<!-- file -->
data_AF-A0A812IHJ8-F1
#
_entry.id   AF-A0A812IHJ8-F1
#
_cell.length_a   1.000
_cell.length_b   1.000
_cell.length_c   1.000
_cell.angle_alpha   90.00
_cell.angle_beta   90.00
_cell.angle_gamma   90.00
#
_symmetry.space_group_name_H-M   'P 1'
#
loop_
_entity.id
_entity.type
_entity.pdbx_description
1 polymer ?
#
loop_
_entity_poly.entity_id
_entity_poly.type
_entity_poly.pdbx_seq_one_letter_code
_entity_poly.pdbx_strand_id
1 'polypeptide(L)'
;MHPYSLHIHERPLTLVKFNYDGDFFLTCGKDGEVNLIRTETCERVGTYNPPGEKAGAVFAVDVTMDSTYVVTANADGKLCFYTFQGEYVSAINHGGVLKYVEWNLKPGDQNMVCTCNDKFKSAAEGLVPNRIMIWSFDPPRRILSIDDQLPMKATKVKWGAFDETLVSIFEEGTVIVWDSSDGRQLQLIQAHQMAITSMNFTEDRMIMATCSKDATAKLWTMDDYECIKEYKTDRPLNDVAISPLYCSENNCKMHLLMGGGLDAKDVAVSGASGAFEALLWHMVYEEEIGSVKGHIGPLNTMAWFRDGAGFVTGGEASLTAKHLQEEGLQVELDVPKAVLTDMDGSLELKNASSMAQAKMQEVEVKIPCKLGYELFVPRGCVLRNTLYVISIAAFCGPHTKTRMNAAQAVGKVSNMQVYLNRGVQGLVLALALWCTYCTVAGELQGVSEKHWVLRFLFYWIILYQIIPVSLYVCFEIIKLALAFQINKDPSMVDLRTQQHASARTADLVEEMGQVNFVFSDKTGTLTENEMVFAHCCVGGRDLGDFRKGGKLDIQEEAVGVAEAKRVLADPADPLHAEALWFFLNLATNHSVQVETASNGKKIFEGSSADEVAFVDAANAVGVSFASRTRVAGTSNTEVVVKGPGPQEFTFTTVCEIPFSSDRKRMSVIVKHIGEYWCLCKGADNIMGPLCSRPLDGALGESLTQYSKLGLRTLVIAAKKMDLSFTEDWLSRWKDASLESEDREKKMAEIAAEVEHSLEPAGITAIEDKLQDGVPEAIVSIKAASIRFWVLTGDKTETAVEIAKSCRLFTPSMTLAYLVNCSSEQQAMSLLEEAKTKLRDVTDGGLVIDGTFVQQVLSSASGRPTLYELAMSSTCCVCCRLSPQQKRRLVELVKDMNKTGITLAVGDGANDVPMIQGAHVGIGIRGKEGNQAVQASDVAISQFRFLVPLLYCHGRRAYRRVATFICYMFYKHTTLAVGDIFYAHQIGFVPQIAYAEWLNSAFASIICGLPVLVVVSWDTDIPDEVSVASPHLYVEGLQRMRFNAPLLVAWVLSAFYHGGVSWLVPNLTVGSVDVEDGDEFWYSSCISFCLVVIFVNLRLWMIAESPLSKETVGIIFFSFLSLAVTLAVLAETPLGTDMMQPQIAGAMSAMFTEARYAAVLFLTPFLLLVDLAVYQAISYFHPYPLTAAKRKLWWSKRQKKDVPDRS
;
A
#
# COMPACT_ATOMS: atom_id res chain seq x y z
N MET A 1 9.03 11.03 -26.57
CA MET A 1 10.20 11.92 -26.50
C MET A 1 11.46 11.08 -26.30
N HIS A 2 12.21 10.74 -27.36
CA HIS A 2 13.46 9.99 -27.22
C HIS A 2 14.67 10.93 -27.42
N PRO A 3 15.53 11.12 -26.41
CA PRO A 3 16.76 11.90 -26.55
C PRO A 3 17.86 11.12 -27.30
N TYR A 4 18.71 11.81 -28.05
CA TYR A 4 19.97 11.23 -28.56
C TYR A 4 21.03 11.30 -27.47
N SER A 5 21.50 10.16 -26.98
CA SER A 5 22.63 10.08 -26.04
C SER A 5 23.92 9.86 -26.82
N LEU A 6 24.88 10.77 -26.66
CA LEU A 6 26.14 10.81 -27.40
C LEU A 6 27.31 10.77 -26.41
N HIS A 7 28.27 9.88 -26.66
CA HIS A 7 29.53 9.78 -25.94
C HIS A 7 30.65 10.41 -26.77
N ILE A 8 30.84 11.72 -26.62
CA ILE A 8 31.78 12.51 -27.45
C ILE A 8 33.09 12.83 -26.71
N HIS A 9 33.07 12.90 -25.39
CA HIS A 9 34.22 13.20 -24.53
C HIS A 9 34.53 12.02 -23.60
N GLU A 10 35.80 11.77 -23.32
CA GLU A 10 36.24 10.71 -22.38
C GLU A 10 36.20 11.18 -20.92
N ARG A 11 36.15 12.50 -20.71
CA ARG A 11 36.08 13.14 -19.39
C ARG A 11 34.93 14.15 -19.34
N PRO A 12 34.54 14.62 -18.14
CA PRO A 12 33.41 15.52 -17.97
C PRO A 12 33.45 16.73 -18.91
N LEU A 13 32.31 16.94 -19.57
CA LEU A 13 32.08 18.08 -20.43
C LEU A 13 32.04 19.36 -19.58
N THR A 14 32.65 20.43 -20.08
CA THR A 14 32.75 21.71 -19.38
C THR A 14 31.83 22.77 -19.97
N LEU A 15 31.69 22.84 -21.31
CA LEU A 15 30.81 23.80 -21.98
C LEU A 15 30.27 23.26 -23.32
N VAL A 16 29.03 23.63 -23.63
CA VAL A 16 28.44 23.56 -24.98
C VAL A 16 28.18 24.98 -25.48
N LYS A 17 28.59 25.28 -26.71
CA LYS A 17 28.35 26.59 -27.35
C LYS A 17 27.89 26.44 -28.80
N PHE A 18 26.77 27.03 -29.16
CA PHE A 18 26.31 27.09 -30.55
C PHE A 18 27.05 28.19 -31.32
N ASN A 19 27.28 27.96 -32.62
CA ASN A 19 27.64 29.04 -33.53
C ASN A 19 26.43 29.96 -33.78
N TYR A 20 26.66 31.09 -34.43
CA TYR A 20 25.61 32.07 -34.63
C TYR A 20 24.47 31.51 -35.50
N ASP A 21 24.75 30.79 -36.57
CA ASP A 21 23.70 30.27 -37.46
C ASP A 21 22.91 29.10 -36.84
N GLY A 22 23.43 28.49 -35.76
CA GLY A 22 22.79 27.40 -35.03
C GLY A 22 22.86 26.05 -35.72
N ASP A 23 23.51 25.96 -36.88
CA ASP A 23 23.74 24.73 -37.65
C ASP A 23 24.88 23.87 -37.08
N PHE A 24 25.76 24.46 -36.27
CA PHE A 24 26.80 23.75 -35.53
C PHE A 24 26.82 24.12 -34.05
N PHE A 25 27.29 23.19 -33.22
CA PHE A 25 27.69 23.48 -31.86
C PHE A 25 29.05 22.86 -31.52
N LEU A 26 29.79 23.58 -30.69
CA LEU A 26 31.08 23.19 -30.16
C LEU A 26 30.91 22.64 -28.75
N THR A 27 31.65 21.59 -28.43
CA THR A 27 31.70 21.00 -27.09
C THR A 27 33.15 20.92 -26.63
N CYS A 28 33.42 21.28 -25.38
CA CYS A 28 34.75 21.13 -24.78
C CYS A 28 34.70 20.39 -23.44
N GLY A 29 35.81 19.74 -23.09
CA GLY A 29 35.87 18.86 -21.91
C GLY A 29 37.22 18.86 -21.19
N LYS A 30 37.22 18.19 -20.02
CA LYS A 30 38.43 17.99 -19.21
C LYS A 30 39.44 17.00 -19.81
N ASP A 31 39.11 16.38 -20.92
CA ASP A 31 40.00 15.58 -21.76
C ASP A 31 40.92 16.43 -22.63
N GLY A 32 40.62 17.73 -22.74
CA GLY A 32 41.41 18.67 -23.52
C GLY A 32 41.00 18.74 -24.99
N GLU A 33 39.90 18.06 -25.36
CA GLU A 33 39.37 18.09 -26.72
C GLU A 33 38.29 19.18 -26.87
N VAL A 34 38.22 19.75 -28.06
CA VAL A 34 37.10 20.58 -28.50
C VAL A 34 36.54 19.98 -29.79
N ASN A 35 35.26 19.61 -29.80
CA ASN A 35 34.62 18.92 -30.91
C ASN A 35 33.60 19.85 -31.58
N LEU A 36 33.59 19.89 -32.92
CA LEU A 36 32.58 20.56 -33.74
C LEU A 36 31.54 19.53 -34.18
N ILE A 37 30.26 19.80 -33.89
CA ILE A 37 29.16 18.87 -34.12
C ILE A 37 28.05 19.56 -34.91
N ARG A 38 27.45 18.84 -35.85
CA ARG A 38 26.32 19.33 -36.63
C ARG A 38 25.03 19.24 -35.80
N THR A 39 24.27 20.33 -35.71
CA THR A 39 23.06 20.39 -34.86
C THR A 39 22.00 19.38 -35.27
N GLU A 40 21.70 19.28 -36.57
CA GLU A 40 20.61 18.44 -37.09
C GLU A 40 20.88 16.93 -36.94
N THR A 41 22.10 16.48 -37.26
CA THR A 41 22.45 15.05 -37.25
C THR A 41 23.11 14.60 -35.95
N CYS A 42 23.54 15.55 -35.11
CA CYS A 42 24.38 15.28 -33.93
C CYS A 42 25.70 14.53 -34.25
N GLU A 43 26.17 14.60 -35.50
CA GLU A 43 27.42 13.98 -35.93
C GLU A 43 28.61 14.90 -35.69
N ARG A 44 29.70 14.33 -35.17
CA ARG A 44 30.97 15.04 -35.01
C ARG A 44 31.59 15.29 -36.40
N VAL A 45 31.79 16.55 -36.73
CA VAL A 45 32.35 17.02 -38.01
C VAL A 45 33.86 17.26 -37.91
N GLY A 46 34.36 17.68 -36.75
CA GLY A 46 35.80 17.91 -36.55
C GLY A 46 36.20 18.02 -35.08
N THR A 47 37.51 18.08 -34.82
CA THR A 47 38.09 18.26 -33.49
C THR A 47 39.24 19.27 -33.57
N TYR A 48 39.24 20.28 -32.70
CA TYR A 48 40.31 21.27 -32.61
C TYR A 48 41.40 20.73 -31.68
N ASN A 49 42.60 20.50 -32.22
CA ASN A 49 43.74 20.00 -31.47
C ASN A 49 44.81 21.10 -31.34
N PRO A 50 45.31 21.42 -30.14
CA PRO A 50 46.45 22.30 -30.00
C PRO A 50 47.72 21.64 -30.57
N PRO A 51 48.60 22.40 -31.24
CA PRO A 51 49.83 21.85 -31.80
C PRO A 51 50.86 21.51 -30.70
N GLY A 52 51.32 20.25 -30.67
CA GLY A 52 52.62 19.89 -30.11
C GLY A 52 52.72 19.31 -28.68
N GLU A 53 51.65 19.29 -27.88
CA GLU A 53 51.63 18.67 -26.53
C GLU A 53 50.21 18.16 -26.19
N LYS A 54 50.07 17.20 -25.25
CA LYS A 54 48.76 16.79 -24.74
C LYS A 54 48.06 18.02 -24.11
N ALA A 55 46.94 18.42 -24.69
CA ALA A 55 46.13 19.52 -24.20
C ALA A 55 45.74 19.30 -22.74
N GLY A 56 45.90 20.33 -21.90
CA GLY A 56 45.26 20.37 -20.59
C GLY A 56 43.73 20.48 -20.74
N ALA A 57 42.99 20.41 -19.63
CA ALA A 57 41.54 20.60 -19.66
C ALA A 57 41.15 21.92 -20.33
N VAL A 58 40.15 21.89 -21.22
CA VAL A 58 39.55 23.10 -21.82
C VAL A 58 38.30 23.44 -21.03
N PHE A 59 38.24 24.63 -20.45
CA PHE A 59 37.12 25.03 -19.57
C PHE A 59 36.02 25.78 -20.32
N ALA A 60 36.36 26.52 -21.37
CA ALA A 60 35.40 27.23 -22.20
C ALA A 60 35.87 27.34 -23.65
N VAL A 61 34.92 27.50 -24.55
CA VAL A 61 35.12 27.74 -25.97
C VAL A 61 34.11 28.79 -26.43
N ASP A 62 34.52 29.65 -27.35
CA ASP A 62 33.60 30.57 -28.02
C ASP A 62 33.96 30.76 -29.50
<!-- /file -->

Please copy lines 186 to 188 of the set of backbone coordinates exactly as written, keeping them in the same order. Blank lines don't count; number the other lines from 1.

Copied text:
C GLY A 52 52.72 19.31 -28.68
N GLU A 53 51.65 19.29 -27.88
CA GLU A 53 51.63 18.67 -26.53